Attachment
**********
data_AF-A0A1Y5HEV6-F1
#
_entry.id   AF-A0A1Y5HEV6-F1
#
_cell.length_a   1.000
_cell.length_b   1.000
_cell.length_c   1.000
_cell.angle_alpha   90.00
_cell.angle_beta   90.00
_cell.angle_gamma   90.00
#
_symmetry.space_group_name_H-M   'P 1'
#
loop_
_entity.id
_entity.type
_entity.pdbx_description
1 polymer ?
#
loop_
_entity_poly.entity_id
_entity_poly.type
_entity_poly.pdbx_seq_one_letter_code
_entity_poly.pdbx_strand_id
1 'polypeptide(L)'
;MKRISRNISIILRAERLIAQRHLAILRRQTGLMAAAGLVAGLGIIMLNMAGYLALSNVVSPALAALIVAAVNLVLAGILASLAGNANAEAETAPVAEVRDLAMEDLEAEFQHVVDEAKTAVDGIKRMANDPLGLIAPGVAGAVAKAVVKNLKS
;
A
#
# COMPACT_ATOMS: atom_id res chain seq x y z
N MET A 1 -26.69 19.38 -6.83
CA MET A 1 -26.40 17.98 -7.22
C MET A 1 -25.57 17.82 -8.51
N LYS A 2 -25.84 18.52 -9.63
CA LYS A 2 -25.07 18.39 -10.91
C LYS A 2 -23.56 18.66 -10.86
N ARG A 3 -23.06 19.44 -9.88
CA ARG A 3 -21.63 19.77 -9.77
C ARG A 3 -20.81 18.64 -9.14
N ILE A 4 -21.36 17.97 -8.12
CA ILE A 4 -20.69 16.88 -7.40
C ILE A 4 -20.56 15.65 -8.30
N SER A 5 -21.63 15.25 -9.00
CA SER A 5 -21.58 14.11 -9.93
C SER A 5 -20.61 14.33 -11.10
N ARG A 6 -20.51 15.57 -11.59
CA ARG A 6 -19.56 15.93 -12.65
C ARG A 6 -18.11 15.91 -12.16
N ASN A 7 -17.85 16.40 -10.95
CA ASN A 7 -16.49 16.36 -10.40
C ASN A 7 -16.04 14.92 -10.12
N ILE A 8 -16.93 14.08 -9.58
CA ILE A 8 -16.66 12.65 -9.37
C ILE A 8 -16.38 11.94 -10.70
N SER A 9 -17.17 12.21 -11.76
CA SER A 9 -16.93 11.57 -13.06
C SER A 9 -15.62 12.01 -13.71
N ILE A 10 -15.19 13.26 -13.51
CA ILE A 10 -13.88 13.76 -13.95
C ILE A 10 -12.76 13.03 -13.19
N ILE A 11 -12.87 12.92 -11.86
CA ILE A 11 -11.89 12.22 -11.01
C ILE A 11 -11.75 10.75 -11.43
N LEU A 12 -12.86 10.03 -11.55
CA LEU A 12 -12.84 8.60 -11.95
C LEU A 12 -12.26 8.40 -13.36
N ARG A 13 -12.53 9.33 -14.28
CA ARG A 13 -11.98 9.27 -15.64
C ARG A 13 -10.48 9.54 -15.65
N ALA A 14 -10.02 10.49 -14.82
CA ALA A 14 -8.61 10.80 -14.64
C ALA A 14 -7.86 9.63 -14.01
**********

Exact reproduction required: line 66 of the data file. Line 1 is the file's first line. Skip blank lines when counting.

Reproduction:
C LEU A 12 -12.26 8.40 -13.36